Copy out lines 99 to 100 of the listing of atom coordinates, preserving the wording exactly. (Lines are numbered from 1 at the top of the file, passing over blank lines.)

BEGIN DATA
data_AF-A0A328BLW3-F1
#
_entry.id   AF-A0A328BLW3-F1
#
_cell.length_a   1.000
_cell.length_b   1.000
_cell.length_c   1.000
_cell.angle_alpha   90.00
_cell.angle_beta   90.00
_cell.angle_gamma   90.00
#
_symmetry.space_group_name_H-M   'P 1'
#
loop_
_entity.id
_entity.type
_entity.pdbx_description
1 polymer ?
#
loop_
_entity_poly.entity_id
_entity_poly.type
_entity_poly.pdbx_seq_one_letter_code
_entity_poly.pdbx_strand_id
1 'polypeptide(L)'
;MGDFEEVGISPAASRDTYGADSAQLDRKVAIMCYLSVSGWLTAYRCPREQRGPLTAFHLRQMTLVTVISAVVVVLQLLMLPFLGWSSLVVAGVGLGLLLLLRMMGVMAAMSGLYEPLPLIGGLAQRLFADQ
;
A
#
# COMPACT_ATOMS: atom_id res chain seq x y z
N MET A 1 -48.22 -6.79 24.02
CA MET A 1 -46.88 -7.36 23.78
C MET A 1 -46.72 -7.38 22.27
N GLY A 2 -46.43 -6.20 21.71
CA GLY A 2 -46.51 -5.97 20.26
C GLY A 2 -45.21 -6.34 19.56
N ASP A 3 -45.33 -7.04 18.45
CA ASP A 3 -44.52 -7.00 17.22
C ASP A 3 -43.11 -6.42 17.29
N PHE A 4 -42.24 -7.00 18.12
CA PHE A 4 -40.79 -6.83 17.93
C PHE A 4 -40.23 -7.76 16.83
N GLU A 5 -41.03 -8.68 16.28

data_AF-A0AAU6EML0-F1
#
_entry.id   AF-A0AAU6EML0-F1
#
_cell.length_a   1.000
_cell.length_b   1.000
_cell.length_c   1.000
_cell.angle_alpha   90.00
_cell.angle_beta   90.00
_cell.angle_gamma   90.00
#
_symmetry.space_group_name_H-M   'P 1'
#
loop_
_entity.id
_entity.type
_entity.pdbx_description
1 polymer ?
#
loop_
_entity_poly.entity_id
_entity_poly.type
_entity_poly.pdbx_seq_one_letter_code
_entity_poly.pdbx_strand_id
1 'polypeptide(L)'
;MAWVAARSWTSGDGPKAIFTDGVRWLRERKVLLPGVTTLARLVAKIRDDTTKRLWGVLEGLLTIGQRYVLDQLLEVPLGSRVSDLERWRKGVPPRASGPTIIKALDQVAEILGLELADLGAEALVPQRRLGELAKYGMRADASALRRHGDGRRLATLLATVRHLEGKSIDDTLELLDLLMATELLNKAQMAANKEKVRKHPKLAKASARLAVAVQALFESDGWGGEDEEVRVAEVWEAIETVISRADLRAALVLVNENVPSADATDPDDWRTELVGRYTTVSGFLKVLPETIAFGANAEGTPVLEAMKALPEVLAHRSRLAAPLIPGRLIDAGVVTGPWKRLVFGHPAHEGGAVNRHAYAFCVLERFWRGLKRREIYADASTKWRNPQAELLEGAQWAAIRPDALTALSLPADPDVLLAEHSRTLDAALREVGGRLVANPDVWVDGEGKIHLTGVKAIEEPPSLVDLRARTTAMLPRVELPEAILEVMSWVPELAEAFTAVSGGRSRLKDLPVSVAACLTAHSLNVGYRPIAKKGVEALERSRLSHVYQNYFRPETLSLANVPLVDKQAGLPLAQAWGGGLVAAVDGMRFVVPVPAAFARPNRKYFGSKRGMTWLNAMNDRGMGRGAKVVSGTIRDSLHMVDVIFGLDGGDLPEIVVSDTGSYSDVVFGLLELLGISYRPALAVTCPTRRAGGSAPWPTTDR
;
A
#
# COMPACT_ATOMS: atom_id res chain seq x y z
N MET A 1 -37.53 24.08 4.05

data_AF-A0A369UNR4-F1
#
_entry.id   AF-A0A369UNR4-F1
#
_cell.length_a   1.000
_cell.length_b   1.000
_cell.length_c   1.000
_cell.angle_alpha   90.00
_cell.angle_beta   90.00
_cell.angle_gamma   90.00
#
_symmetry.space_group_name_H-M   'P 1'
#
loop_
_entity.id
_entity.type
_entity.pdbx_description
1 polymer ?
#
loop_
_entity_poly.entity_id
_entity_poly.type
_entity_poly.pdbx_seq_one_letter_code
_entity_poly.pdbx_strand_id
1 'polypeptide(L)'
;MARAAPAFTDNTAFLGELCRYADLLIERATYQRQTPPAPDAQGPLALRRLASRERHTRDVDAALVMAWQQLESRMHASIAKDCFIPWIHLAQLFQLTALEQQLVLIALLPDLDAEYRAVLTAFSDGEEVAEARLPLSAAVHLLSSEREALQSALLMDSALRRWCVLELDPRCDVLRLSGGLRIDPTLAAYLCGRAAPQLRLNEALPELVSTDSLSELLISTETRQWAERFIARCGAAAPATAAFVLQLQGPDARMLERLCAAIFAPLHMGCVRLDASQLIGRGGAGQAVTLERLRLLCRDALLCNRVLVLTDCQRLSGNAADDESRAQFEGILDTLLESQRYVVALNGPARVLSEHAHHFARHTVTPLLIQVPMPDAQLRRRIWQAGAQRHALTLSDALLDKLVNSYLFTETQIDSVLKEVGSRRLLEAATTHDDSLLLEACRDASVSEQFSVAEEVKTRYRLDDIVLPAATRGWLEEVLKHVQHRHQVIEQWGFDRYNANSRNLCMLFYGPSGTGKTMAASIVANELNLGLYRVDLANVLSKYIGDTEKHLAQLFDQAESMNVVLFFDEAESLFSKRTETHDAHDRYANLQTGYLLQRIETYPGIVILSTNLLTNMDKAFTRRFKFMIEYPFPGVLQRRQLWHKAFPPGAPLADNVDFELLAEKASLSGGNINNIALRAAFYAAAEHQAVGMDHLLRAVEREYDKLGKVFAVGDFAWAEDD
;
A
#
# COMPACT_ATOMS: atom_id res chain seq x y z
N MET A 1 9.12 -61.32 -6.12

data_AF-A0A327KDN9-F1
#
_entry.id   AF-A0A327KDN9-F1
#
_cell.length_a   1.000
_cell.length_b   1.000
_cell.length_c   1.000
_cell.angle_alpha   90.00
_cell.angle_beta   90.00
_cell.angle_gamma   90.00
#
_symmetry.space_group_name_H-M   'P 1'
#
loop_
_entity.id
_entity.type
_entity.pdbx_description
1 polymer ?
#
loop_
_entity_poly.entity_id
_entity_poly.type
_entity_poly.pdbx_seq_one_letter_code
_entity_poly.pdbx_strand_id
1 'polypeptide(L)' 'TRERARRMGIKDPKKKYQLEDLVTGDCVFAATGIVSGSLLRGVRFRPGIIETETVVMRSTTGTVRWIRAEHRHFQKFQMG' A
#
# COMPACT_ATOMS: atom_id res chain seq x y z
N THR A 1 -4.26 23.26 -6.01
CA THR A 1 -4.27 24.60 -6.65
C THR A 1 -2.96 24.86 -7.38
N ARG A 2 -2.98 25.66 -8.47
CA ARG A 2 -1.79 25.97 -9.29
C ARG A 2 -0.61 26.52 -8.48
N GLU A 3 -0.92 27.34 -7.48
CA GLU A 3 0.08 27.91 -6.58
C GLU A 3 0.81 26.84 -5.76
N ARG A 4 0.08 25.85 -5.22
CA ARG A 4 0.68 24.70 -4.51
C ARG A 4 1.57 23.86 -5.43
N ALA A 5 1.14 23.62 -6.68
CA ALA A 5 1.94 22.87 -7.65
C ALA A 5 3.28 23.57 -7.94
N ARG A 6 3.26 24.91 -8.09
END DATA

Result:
1 'polypeptide(L)'
;MARAAPAFTDNTAFLGELCRYADLLIERATYQRQTPPAPDAQGPLALRRLASRERHTRDVDAALVMAWQQLESRMHASIAKDCFIPWIHLAQLFQLTALEQQLVLIALLPDLDAEYRAVLTAFSDGEEVAEARLPLSAAVHLLSSEREALQSALLMDSALRRWCVLELDPRCDVLRLSGGLRIDPTLAAYLCGRAAPQLRLNEALPELVSTDSLSELLISTETRQWAERFIARCGAAAPATAAFVLQLQGPDARMLERLCAAIFAPLHMGCVRLDASQLIGRGGAGQAVTLERLRLLCRDALLCNRVLVLTDCQRLSGNAADDESRAQFEGILDTLLESQRYVVALNGPARVLSEHAHHFARHTVTPLLIQVPMPDAQLRRRIWQAGAQRHALTLSDALLDKLVNSYLFTETQIDSVLKEVGSRRLLEAATTHDDSLLLEACRDASVSEQFSVAEEVKTRYRLDDIVLPAATRGWLEEVLKHVQHRHQVIEQWGFDRYNANSRNLCMLFYGPSGTGKTMAASIVANELNLGLYRVDLANVLSKYIGDTEKHLAQLFDQAESMNVVLFFDEAESLFSKRTETHDAHDRYANLQTGYLLQRIETYPGIVILSTNLLTNMDKAFTRRFKFMIEYPFPGVLQRRQLWHKAFPPGAPLADNVDFELLAEKASLSGGNINNIALRAAFYAAAEHQAVGMDHLLRAVEREYDKLGKVFAVGDFAWAEDD